Saturday, June 16, 2012

Faux-bamas Adding Up?

Posted By on Sat, Jun 16, 2012 at 12:55 PM

With Friends, Word?
  • Capital One
  • With Friends, Word?

With the race for the White House just beginning to kick into gear, we can all expect President Obama and Mitt Romney's respective campaigns (as well as their PACs and Super PACs) to unleash hell on our television viewing, internet browsing and even our Social Media pages, with each candidate attempting to define the other, pouncing on a gaffe, or distorting the others' record to bolster themselves.

This isn't about those ads. Plenty has been said, and plenty more will be said about them.

Also, a lot has been written about a series of ads overseas featuring Obama look alikes.

This isn't really about that, either.

This is about two ads in current rotation that feature actors who look remarkably like the President, but that are in no way supposed to be the President.

Though subtle, in Alec Baldwin's Capital One campaign, (pictured), the Faux-bama is online in an airport attempting to redeem miles for a flight. Baldwin interjects, "Frustrating, isn't it?"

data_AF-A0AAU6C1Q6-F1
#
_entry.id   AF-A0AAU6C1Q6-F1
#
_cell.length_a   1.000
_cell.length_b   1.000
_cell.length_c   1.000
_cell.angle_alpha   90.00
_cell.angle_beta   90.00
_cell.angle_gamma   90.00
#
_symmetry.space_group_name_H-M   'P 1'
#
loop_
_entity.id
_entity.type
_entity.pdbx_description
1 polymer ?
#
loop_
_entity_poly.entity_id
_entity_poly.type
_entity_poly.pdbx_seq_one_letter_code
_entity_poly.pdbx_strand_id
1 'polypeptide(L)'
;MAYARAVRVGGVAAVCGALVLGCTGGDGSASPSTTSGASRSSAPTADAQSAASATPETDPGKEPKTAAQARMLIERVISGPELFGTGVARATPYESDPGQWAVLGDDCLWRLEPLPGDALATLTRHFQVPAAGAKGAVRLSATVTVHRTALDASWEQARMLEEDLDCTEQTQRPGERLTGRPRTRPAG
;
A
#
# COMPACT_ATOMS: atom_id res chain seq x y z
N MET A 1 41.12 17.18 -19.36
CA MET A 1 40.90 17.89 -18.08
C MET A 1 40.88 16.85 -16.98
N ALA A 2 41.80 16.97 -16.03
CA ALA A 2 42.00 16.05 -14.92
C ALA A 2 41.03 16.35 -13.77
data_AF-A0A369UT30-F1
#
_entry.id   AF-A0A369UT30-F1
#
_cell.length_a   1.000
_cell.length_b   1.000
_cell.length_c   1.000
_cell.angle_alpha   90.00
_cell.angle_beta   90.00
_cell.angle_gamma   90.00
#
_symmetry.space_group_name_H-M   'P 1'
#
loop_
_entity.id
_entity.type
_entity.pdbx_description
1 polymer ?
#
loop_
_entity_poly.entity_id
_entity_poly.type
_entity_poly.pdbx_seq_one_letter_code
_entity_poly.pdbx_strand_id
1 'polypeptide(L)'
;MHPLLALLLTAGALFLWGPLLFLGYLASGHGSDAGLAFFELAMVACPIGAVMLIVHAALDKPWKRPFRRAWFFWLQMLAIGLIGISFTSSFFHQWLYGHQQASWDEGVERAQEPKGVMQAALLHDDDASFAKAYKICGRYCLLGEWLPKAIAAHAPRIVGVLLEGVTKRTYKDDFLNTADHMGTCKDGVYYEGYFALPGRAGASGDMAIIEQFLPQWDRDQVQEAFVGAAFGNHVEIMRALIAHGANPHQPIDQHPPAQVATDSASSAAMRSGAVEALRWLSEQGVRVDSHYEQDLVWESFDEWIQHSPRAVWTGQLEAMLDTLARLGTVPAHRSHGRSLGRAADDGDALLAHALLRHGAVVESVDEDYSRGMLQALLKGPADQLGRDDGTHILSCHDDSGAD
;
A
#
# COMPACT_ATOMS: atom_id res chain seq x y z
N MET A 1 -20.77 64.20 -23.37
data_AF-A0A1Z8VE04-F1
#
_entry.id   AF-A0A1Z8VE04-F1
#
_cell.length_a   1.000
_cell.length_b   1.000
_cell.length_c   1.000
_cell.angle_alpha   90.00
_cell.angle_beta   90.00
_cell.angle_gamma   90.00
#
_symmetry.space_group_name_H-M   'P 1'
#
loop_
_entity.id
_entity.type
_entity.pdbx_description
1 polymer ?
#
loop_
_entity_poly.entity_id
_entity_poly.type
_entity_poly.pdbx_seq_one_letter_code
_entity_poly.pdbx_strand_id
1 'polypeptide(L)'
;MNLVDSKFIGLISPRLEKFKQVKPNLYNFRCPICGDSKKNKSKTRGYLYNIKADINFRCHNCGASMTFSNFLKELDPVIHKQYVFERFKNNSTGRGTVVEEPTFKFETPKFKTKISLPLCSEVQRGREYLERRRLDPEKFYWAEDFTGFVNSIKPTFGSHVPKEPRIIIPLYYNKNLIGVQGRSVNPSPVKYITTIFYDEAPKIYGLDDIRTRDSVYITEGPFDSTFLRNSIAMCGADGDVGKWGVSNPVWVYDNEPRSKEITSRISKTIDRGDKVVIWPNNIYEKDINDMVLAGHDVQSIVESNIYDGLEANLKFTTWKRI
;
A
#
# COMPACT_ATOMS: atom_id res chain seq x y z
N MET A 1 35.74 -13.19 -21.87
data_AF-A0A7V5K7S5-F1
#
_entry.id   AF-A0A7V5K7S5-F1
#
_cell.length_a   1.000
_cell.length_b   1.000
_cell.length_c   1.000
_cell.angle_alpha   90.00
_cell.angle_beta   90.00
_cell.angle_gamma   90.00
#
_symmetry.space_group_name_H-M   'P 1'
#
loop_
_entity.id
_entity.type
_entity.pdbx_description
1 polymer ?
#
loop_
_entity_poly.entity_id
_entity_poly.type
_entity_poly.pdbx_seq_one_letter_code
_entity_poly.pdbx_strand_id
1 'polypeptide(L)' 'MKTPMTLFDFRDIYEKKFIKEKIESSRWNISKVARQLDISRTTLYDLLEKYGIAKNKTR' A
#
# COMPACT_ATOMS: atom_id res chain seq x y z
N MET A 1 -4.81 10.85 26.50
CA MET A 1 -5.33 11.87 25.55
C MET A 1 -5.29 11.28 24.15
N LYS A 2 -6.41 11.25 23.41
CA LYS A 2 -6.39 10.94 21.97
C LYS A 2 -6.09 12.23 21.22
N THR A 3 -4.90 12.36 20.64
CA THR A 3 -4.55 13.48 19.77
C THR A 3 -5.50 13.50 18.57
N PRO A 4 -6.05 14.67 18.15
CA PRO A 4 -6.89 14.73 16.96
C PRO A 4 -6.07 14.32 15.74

In the other, for United Health Care, a coach is recovering from prostate cancer, and darned if United Health Care didn't serve as his coach through the ordeal:

Considering the care, cost, and effort that goes into developing an ad campaign (yes, we LOVE AMC's "The Pitch") it is hard to believe that the passing resemblance for the President in both ads is an accident.

Louis Ortiz looks so familiar.  Can you place it?
  • This American Life
  • Louis Ortiz looks so familiar. Can you place it?

A terrific piece on This American Life showcased the story of Louis Ortiz, an out of work competitive pool player who is a dead ringer for the President. In the piece he talks about appearing in a music video for French Montana's "Choppa Choppa Down." But he also discusses a particularly disturbing incident where he was attacked and maligned by inebriated disgruntled firefighters after a St. Patrick's Day parade at paid gig hosted in a NYC bar.

Given the poisonous divisive nature of our current political culture, why would a healthcare company in particular evoke the President? And if the point of the Capital One ad is to show how frustrating it is to deal with a failed broken promise or bureaucratic red tape, we can't help but wonder if Alec Baldwin is so committed to his ironic over-the-top jacked-up über-Donaghy pitch man persona that he didn't catch the deliberate slam to the president he's supporting with his own Twitter commentary.

Or maybe the excitement of the impending political ad-pocalypse has us so razor focused that we're already starting to read too much into everything.

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